It was not so long ago that consumers had limited options when it came to lighting our homes, offices, and work places. In fact, before the looming threat of global warming became engrained into our social consciousness no one even thought about the possibilities of recycling light. However, new technology may be opening the door to new product development for highly inefficient incandescent, and fluorescent light bulbs of the past.
You see, even though these types of light shine brilliantly, the amount of energy that they use compared to the amount of light they deliver is vastly imbalanced, and the majority of that energy is lost in the form of heat. In recent years, this has resulted in less energy efficient light bulbs being shunned as the costs of more advanced options such as LED, and CFL technology continues to decrease. Consumers are seeing that it is an easy decision to make the switch once they see how much money can be saved just by changing out a few outdated light bulbs.
In case you were wondering, the amount of energy that is lost in heat (by which the energy is measured) by using incandescent bulbs can be almost 95%. Think of it this way, if it cost you a dollar to run a light bulb for an hour, you are only receiving about five cents worth of the light you are paying for. Imagine paying that same ratio to fill up your gas tank and it is easy to see why there is such a scramble to improve on energy efficient lighting technology.
While there have been leaps and bounds made in reducing the costs of developing LED, and CFL technology over the last 15 years, we are still at the beginning of discovering new and cleaner methods of lighting our living areas, and work spaces. In a recently published article, the publication Nature Nanotechnology, a peer-reviewed publication, researchers have claimed that nanophotonic devices may be just the breakthrough needed to revitalize the older incandescent technology.
Marin Soljačić, a Physicist and electrical engineer, along with MIT scientist Ognjen Ilic, developed the research, and attempt to explain how they have managed to successfully recycle some of the lost heat energy created by an incandescent bulb, then bounce it back as perceivable light inside of the human visual spectrum.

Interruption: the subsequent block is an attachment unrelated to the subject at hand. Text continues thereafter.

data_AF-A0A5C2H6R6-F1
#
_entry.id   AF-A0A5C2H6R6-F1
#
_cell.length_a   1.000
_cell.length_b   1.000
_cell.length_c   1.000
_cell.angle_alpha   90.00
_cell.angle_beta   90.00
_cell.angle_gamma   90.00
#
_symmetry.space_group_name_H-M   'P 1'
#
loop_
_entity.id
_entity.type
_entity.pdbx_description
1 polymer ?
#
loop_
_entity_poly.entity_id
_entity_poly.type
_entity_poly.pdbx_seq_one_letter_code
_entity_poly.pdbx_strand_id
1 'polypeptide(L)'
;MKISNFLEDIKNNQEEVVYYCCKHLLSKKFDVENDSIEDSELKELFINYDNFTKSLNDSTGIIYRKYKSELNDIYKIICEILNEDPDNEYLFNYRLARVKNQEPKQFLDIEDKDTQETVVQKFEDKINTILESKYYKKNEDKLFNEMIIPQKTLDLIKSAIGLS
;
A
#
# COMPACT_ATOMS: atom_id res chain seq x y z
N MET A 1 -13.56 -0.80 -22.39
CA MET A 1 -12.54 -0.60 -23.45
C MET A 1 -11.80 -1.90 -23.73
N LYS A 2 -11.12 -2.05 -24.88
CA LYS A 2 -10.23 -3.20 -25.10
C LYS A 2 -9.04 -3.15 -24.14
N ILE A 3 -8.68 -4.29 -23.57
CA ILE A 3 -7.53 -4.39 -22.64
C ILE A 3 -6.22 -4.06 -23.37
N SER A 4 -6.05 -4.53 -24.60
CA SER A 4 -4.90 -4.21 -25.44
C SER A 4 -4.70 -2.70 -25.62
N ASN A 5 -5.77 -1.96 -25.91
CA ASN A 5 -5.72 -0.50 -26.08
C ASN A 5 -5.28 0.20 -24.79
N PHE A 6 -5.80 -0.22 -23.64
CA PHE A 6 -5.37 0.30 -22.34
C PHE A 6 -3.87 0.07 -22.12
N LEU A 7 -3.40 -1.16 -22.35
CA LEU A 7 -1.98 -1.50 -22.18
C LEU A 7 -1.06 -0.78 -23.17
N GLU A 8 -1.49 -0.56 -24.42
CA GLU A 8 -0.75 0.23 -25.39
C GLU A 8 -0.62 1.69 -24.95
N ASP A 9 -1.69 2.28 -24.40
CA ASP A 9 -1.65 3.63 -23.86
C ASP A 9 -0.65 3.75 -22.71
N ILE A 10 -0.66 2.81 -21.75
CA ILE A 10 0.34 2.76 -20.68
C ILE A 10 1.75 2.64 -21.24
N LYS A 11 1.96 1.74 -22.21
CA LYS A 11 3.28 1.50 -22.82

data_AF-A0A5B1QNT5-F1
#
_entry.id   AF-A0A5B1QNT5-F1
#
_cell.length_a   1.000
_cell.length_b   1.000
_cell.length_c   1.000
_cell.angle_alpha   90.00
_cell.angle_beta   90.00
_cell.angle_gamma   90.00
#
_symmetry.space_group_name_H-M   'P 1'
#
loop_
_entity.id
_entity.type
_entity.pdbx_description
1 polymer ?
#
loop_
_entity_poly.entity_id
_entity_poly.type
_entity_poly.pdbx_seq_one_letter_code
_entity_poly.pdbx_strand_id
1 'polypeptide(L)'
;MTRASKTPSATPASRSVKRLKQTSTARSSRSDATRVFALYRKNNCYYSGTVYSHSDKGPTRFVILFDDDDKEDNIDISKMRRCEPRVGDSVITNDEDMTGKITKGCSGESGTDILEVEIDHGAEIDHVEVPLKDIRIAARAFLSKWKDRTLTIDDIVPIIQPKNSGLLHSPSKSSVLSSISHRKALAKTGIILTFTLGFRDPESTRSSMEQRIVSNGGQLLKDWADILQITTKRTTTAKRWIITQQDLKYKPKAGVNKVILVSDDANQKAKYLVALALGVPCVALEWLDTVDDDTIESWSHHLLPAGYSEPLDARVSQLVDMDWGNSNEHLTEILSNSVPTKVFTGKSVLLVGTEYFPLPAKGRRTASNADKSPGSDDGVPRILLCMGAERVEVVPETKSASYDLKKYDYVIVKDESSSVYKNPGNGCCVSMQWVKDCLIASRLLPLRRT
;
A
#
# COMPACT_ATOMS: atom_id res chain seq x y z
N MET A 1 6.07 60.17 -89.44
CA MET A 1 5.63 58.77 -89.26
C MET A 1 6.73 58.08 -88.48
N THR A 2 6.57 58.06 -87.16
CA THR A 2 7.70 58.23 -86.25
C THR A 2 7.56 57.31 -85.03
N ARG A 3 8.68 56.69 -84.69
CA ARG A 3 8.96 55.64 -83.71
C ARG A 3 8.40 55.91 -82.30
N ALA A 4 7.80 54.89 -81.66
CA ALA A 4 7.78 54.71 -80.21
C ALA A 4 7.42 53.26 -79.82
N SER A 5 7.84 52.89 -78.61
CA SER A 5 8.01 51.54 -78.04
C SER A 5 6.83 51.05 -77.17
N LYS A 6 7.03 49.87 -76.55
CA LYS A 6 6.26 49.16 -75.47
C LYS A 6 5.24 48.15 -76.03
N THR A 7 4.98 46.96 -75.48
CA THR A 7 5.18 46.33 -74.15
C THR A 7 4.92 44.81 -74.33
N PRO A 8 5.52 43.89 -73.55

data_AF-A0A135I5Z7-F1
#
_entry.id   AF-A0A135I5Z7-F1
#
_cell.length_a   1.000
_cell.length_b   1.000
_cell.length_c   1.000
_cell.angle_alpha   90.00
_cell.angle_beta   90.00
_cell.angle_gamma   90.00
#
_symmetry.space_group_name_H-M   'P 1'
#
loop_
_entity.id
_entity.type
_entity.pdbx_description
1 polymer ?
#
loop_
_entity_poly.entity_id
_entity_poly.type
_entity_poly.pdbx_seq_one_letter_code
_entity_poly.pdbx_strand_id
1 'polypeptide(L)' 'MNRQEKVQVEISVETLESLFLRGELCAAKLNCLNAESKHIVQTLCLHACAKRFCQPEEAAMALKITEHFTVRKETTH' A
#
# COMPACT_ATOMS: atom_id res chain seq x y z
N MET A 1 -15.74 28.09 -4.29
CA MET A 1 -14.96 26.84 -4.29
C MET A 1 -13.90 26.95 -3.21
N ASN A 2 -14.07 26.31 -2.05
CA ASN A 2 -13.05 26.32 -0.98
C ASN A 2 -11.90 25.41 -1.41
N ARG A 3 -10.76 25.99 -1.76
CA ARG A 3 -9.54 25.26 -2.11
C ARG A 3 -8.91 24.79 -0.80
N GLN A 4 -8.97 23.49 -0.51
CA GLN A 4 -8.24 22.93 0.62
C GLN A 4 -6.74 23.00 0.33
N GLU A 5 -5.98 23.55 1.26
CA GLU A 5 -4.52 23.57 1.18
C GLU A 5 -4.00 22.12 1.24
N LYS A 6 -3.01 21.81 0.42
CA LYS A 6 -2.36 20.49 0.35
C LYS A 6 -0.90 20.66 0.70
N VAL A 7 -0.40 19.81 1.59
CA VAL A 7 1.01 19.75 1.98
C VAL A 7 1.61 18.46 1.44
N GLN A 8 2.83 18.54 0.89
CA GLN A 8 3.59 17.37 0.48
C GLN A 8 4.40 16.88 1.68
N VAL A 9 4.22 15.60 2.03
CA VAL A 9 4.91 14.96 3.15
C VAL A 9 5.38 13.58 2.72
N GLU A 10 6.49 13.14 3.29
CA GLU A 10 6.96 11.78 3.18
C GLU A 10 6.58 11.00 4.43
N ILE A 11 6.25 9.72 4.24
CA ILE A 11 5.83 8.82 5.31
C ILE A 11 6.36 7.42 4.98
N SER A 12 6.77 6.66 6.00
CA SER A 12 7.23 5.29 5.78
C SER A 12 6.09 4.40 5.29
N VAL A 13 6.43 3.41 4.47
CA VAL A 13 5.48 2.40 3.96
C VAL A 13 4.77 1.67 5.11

The scientist reports that when an incandescent filament is exposed to a het source, it will begin glowing. But, about 95% of the energy is transformed to infrared light, which cannot be seen by the human eye; therefore it is considered energy lost.
Soljačić explains that what he and his associates have done is create a filter that can be placed over a glowing filament that allows light through, but then redirects normally lost infrared light back into the filament. Once there, the filament absorbs it once more and hopefully, next time, releases visible light. The two scientists say that their discovery is not intended to replace current LED/CFL technology, but are hoping that it might possibly evolve into other useful technologies.
Soljačić goes on to say that “Applications are really for this concept of recycling light,” and “There are many different ways of converting heat into electricity and this particular one, the way that it works is you get something to a pretty high temperature — let’s say 1200 Celsius or so, and it starts glowing, and then you use photovoltaics. It’s sort of like a solar cell. … You place it in front of this hot object, and then it converts this emitted light into electricity. … This concept of recycling light could be beneficial for energy conversion.”
Photovoltaic device could be used similarly to the way consumers are using solar panels to harness the suns energy. Instead of being placed on a roof, or in a location where it receives direct sunlight, a nanophotonic device would be placed near a het source. In the end, the two developers hope that their discoveries will lead to innovative technologies that can be utilized in the battle to curb, and even end the cycle of global warming.
One thing can certainly not be denied and that is that the race for renewable, and sustainable energy is in full swing; but we have a long way to go. Engineers and scientist are working the problem from every angle from harnessing wind, wave and sun energy to developing new technologies for cleaner burning fossil fuels. It is often said that change comes slow, and just as there are people in the world that still hold on to the belief that the world is flat, so exists people who fail to see that, despite the reason, earth’s atmosphere is heating up.
We are relying on great scientific, and engineering minds to discover new technologies, and new ways to harness the energies of our world and universe. In the mean time we can all do our part by supporting developing solutions, and embracing the necessary changes that have to be made on a large scale to keep our world spinning with us on it.
In a final message, Soljačić imparts to us that we have little choice but to confront the threat of global warming. He feels that we must create as many tools as we can fit into our toolbox to deal with it. He suggests that thinking of recycling light as one more such tool with which we can take on a wide array of energy conversion issues.”